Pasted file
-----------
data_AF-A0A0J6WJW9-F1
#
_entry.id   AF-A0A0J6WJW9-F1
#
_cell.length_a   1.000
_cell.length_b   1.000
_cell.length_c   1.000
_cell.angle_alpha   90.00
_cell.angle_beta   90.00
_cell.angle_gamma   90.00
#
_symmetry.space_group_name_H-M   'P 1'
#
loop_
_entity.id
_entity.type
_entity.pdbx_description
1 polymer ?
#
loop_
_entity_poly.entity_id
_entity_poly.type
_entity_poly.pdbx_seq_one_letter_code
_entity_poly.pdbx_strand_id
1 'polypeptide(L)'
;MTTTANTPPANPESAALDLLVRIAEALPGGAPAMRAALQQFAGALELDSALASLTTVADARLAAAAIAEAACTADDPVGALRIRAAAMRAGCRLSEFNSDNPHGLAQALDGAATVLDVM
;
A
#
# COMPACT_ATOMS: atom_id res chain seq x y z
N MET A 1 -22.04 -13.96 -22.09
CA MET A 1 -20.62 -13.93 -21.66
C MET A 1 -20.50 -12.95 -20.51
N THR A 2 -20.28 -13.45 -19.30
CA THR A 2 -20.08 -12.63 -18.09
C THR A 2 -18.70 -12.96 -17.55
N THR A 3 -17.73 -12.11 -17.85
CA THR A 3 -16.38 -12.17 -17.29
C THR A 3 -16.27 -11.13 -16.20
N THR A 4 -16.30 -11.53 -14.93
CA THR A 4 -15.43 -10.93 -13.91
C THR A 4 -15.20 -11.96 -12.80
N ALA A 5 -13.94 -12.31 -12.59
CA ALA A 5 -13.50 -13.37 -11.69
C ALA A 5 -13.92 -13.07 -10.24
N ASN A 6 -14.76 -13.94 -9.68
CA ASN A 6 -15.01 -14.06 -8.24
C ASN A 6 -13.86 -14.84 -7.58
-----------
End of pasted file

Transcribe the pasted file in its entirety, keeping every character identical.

data_AF-A0A0J6WJW9-F1
#
_entry.id   AF-A0A0J6WJW9-F1
#
_cell.length_a   1.000
_cell.length_b   1.000
_cell.length_c   1.000
_cell.angle_alpha   90.00
_cell.angle_beta   90.00
_cell.angle_gamma   90.00
#
_symmetry.space_group_name_H-M   'P 1'
#
loop_
_entity.id
_entity.type
_entity.pdbx_description
1 polymer ?
#
loop_
_entity_poly.entity_id
_entity_poly.type
_entity_poly.pdbx_seq_one_letter_code
_entity_poly.pdbx_strand_id
1 'polypeptide(L)'
;MTTTANTPPANPESAALDLLVRIAEALPGGAPAMRAALQQFAGALELDSALASLTTVADARLAAAAIAEAACTADDPVGALRIRAAAMRAGCRLSEFNSDNPHGLAQALDGAATVLDVM
;
A
#
# COMPACT_ATOMS: atom_id res chain seq x y z
N MET A 1 -22.04 -13.96 -22.09
CA MET A 1 -20.62 -13.93 -21.66
C MET A 1 -20.50 -12.95 -20.51
N THR A 2 -20.28 -13.45 -19.30
CA THR A 2 -20.08 -12.63 -18.09
C THR A 2 -18.70 -12.96 -17.55
N THR A 3 -17.73 -12.11 -17.85
CA THR A 3 -16.38 -12.17 -17.29
C THR A 3 -16.27 -11.13 -16.20
N THR A 4 -16.30 -11.53 -14.93
CA THR A 4 -15.43 -10.93 -13.91
C THR A 4 -15.20 -11.96 -12.80
N ALA A 5 -13.94 -12.31 -12.59
CA ALA A 5 -13.50 -13.37 -11.69
C ALA A 5 -13.92 -13.07 -10.24
N ASN A 6 -14.76 -13.94 -9.68
CA ASN A 6 -15.01 -14.06 -8.24
C ASN A 6 -13.86 -14.84 -7.58